The Food-Water-Energy Nexus: What is it, and what does it mean for the Mekong?
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The Food-Water-Energy Nexus: What is it, and what does it mean for the Mekong?

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Mekong Forum on Water, Food and Energy. 2012. Larry Harrington's keynote presentation.

Mekong Forum on Water, Food and Energy. 2012. Larry Harrington's keynote presentation.

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  • 1. The Food-Water-Energy Nexus: what is it, and what does it mean for the Mekong? Larry Harrington Research Director, CPWF
  • 2. Mekong Forum on Water, Food and Energy• Convener • Co-hosts• Convened by CGIAR • Institute of Water Challenge Program on Resources Planning, Water and Food (CPWF) Government of Vietnam• CPWF initiative, funded by Australia through • Mekong Program on AusAID Water, Food and Resilience (M- POWER)
  • 3. Second Forum• First Forum: Phnom Penh, Cambodia, December 2011 • Second Forum: Hanoi, Vietnam, Nov ember 2012
  • 4. An important aim of the Forum• Open and constructive dialogue on the water- energy – food nexus among representatives from: – Government – Industry – Financers – Civil society – Research institutions
  • 5. What is a “nexus”?• From the dictionary: – A connection, tie or link – A connected series or group – The core of a matter or a situation
  • 6. What is a “water – food – energy” nexus?• Connections, ties and links among – water – food and – energy
  • 7. Water food and energy “Nexus” in the news• Bonn Conference (2011)• World Economic Forum (Davos, 2012)• Sixth World Water Forum (Marseille, 2012)• South African Water, Energy and Food Forum (2012)• The Fortune Global Forum Sustainable Development Roundtable on “Energy, Food & Water (Beijing, 2012)• This is recognized as a topic of global importance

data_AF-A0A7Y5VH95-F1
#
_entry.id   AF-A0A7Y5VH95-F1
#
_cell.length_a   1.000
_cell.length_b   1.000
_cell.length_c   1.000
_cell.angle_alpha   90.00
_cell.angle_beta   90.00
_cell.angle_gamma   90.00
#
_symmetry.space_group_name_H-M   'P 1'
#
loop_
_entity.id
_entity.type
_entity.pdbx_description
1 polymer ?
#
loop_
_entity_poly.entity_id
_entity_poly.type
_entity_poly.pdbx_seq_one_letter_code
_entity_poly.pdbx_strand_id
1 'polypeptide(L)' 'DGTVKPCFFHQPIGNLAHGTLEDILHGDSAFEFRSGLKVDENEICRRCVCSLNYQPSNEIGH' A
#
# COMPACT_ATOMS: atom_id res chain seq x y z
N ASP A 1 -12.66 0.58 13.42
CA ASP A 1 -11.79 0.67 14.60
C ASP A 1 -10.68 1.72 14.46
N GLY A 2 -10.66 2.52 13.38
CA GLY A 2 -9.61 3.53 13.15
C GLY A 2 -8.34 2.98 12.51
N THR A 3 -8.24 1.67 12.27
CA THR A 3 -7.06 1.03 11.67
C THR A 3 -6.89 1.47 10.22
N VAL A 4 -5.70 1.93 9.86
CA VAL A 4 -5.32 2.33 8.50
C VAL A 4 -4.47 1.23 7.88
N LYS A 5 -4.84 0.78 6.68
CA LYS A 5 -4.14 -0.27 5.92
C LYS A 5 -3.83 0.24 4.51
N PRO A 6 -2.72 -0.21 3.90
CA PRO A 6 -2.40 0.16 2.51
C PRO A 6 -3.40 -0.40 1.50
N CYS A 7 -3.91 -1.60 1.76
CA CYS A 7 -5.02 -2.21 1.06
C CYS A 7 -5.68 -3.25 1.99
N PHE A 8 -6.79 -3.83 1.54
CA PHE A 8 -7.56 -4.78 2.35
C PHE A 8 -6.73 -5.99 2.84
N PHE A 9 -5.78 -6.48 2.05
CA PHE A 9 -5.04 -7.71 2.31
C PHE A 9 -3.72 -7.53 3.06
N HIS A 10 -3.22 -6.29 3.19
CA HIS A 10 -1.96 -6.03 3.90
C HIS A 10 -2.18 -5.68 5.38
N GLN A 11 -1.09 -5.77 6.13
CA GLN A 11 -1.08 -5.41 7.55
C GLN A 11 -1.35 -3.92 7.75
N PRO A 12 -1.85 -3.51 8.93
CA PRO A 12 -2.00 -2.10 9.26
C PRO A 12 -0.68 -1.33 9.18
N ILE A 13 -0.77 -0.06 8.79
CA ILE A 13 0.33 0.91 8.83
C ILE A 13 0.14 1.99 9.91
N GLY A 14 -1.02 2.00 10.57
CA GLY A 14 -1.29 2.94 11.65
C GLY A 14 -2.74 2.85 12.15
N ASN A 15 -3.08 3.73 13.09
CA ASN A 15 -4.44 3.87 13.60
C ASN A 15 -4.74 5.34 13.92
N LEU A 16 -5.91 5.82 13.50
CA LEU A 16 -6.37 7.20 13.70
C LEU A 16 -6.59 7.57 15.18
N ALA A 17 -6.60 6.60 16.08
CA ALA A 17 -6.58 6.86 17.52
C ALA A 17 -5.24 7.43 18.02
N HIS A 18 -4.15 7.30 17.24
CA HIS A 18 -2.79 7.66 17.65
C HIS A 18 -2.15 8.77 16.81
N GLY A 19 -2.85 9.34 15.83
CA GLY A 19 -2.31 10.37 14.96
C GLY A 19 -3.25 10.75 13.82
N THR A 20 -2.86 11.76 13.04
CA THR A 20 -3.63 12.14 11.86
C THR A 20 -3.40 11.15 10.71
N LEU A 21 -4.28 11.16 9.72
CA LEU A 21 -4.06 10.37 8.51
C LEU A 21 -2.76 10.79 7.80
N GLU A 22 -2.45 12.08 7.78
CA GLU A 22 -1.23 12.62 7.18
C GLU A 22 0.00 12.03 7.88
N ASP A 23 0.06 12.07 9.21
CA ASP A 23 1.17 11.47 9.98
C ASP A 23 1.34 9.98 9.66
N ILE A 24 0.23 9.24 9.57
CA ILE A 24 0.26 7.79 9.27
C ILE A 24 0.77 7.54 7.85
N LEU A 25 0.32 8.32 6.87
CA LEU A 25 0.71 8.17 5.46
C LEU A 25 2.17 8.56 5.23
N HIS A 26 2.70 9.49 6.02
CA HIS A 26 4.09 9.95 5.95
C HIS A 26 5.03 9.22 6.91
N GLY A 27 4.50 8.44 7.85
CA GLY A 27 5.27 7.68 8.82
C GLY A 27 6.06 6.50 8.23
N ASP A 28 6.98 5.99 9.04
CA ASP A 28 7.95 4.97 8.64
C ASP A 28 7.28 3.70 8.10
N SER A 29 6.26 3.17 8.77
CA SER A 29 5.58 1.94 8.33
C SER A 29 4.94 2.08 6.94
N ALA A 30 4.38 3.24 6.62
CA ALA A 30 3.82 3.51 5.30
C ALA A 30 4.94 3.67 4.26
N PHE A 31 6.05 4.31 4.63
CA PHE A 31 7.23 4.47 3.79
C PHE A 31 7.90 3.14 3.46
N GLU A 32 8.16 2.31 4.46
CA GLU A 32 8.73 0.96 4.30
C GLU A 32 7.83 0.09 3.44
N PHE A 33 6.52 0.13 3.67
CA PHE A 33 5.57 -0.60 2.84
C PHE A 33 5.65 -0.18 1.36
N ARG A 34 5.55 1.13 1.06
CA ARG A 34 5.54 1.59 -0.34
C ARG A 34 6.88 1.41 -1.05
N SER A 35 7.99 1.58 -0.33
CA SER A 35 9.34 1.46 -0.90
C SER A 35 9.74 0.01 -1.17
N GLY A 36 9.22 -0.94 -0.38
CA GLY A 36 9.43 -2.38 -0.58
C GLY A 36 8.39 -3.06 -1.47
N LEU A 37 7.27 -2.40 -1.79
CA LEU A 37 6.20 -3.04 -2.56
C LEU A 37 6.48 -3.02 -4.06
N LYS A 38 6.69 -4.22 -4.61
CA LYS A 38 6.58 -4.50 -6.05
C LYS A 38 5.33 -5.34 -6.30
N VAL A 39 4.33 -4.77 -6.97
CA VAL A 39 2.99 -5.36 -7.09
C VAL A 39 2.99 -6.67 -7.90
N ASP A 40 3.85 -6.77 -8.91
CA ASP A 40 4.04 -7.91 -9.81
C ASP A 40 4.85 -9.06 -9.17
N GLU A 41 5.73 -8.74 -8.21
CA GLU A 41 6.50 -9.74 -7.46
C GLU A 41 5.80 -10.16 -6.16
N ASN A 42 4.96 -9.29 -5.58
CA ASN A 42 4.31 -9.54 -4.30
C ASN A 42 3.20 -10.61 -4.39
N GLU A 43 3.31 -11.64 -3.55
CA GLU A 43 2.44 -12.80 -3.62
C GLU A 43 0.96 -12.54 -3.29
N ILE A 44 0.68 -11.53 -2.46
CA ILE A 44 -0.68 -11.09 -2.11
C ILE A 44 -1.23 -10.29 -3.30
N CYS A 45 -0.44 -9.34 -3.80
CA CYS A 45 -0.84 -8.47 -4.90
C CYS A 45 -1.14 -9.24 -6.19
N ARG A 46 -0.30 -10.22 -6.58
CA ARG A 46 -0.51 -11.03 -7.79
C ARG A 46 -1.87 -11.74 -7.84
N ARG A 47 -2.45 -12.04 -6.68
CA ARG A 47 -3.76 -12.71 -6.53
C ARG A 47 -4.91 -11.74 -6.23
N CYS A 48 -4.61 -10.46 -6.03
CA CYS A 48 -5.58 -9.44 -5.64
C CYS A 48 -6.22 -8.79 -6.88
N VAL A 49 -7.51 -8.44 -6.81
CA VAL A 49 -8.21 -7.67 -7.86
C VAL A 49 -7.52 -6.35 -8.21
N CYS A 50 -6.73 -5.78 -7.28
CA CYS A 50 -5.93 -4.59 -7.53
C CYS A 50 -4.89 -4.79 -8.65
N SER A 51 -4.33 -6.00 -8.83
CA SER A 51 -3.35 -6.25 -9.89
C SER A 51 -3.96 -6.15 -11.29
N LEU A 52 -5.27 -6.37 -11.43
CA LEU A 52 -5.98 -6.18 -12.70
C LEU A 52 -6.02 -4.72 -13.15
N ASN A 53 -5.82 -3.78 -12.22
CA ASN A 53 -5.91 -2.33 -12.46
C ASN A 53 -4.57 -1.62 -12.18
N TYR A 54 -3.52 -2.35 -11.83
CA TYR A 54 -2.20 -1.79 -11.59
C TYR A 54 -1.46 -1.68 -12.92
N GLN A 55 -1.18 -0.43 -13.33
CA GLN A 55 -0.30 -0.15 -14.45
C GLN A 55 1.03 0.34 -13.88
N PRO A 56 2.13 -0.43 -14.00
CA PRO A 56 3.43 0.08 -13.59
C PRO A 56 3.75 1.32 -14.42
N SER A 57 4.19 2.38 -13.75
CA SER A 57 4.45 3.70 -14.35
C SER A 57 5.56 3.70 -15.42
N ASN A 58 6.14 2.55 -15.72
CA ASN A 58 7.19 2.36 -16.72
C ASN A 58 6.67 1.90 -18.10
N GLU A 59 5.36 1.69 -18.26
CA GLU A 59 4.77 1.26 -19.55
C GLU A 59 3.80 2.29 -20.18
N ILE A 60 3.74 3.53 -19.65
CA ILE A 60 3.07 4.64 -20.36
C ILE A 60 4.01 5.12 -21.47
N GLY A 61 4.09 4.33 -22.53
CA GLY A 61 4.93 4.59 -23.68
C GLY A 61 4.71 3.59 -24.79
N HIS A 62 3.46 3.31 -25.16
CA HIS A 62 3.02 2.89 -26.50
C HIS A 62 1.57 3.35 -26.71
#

• 8. About a river . . .• “The *river+ provides freshwater . . . for domestic and industrial use . . . and for irrigated agriculture, hydropower dams and the vast fisheries resource”
  • 9. About a river . . .• “With significant new dams and development works being planned . . . the need for science- based evidence to inform policy decisions has never been greater”
  • 10. But they are talking about the Nile! Kirby et al 2010
  • 11. Nexus issues are everywhere• Issues of the water – food – energy nexus are found in all basins where the CPWF works
  • 12. Exploring the nexus• Water is needed to grow food (crops, fish) – Rainfed – Irrigated – Catch fisheries – Aquaculture• Water is needed to produce energy (hydro, coal, nuclear, fracking, biofuel)
  • 13. Exploring the nexus• Too much water damages industry, homes and crops• Too little water endangers food production• Water management is central to ecosystem services (wetlands, diversity, flood control, others)
  • 14. Exploring the nexus• Energy is needed to grow food (tillage, inputs)• Energy is needed to market and transport food• Energy is needed to build strong economies• Strong economies with high incomes can buy food• Hydropower is NOT the only source of energy
  • 15. H. Hoff 2011
  • 16. A side-trip to the Andes• Maybe managing the nexus is easier in the Andes• Downstream communities want clean water• Midstream hydropower generators want reliable water• Public policy supports highland ecosystem conservation
  • 17. A side-trip to the AndesTherefore• Downstream water users donate to a trust fund• The trust fund invests in improved upstream land and water management• Example of a “benefit sharing mechanism”• Everyone wins
  • 18. Water, food and energy nexus issues in the Mekong
  • 19. The Mekong is “water rich” Kirby et al 2010
  • 20. Energy demand is growing• Vietnam – about 15% per year• Thailand – about 4% per year (but from a very large base) Economic growth plus population growth
  • 21. Riparian countries seek to tap these resources by constructing dams for hydropower CPWF map reproduced by BBC News 6/11/12
  • 22. The need for informed dialog• Dams will have impacts• The debate over what impacts, their size and incidence• Who wins? Who loses? By how much?• How do we know? Where’s the evidence?
  • 23. Seeking win-win outcomes• Dams displace people: design resettlement to benefit these people• Dams create environmental problems: design and manage dams to mitigate problems• Multiple dams have cumulative impacts: understand cumulative impacts and coordinate construction and management• Seek to meet energy production, environmental, and social goals all at once
  • 24. Final point• People often see dams as points of controversy.• In this Forum the intention is that they become points for dialog and cooperation